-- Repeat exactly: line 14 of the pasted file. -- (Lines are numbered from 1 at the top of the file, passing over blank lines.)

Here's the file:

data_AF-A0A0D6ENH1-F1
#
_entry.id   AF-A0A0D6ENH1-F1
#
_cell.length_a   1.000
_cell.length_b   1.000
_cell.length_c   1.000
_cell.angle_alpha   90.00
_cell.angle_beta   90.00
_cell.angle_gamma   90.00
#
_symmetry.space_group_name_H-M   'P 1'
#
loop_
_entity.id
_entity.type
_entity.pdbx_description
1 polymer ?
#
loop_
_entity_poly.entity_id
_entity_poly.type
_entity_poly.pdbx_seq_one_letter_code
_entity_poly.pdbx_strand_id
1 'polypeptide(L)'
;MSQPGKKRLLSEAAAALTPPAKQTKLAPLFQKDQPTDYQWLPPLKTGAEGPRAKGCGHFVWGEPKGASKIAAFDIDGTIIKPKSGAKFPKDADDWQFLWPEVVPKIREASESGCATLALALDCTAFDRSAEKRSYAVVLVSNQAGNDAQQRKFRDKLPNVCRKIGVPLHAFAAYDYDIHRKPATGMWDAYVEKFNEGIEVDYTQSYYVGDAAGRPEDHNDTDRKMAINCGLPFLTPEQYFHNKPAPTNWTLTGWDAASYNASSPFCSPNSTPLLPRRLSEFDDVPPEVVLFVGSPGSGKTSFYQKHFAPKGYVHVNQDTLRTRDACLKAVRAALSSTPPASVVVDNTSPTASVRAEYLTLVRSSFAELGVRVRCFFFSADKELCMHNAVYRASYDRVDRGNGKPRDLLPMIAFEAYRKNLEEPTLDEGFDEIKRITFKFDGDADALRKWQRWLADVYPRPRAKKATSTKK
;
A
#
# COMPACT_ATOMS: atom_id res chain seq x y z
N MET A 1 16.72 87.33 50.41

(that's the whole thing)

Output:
loop_